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Boy Meets Grill Hardcover – May 19, 1999
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Truly a chef-as-star cookbook, Bobby Flay's Bobby Flay's Boy Meets Grill features 26 photos of the man himself (not counting hand shots and various belt buckles). His name, either as Bobby Flay or Bobby Flay's, is repeated over 260 times within 274 pages. No reader will ever doubt just whose cookbook lies open on the kitchen counter with 125 "bold new" recipes.
Though there's the unspoken suggestion that Bobby Flay invented fire, Bobby Flay's Boy Meets Grill actually follows in a long tradition of outdoor cookery books, starting with James Beard's take on the subject, the many contributions of Chris Schlesinger and John Willoughby, who truly opened wide the door to modern grilling, Phillip Stephen Schulz's Cooking with Fire and Smoke, and the remarkable Barbecue! Bible put together by Steven Raichlen that takes grilling global--to name just a few.
But Bobby Flay does have flair and he does have enthusiasm, and both show up on every page. In chapters that cover everything grillable--from burgers (they may be turkey, they may be tuna) to poultry to meat, vegetables, and fruit--Flay pushes hard on combinations of colors and textures, spices and flavors sure to excite the sleepiest palate on the beach. Check out a standard like Butterflied Chicken with Lemon, Garlic, and Basil, or something a little more exotic like Whole Lobster Smothered in Cascabel Chile Butter. What is the thought of Grilled Pork Loin Sandwiches with Spicy Mango Ketchup doing to your taste buds right about now?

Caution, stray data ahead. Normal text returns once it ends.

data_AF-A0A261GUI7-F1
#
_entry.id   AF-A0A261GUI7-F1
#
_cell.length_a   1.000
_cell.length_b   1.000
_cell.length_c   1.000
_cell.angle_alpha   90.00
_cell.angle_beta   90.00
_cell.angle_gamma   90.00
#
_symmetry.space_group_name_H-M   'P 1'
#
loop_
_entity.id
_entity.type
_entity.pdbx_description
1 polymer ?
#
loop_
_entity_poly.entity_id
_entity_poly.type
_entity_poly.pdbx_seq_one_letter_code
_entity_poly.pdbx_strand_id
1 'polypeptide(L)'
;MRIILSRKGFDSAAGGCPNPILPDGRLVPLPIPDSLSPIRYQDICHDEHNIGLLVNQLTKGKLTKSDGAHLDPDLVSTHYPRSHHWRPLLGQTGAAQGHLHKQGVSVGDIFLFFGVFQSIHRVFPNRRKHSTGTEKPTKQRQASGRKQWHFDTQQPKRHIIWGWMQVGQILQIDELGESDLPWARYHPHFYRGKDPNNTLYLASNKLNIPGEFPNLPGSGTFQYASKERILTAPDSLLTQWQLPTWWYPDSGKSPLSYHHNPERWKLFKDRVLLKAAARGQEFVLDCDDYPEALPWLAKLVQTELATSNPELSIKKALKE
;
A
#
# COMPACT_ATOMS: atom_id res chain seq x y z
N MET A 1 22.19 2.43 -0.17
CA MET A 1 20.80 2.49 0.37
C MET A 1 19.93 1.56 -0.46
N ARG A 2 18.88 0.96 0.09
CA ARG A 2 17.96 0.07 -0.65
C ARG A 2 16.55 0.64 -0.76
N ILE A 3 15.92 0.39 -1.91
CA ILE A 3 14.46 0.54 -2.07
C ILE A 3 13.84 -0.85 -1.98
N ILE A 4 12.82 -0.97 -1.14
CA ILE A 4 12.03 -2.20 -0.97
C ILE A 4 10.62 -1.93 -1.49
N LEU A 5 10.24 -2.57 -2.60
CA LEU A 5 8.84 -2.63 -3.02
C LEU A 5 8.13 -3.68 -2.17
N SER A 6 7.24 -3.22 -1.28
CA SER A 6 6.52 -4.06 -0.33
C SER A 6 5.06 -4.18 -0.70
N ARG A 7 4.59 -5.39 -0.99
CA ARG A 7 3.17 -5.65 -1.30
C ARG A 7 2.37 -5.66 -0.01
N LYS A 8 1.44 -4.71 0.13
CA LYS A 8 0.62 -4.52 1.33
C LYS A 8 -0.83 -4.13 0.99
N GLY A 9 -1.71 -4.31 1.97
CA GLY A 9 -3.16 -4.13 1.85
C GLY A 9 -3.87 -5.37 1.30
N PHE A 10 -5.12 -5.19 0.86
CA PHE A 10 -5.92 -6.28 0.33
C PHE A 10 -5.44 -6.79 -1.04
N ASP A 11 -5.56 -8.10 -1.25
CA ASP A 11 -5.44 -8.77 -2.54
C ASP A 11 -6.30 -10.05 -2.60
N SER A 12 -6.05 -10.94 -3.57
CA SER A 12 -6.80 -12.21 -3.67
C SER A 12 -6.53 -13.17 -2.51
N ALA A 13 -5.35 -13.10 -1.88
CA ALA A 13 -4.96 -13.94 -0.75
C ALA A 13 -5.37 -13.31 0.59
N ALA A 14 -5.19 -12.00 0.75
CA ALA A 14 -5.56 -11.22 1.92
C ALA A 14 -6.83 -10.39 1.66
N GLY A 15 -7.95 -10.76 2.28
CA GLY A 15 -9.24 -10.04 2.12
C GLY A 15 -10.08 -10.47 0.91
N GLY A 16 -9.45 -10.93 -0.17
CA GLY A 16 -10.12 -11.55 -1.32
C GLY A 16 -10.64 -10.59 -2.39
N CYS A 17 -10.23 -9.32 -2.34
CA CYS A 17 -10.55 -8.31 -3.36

The main caveat for these recipes: all are written to serve eight. And be sure to use common sense instead of some of the directions, such as cooking chopped garlic and shallots until soft in "almost smoking" hot oil, for four to five minutes. Hello. Where does soft stop and incinerated begin? --Schuyler Ingle
From Publishers Weekly
Flay's third book is a must read for those who have wondered how this successful restaurateur and cable TV's maestro of marinade can so assuredly choose gas over charcoal when it comes to his biggest passion, grilling. He prefaces his recipes with an anecdote, an ugly day of barbecuing from his early years, the emotional bruise of which makes his choice for gas understandable. Thus, Flay fires up the propane and presents more than 125 patio-friendly concoctions that show off the chef's fearlessness, originality and eye for color. The good idea behind the book is to invigorate the simple tastes of youth with flavors that appeal to the adult palette. Corn on the cob gets rubbed with Red Chile-Green Onion Butter, and pork chops take a soak in a mixture of orange juice, ginger and toasted paprika. Whether it's fowl, fish, pork or potato that's being seared, Flay's brilliance with toppings and side salads make the dish. Witness his Rib-Eye with Chimichurri Marinade and Dried Chile Mustard Sauce or the Tuna Steak paired with a Fig and Nectarine Relish. Still, as delightfully wild as the menu gets, the ingredient list rarely strays from what's available in your local grocery or farmers' market. And the very nature of the cooking style, outdoors with a Cactus Pear Margarita in hand, guarantees a simplicity that will appeal to cooks of both lava rock and briquette persuasions.
Copyright 1999 Reed Business Information, Inc.
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Bobby Flay is a wonderful, creative chef but the visual presentation of his cookbook does not match his talents.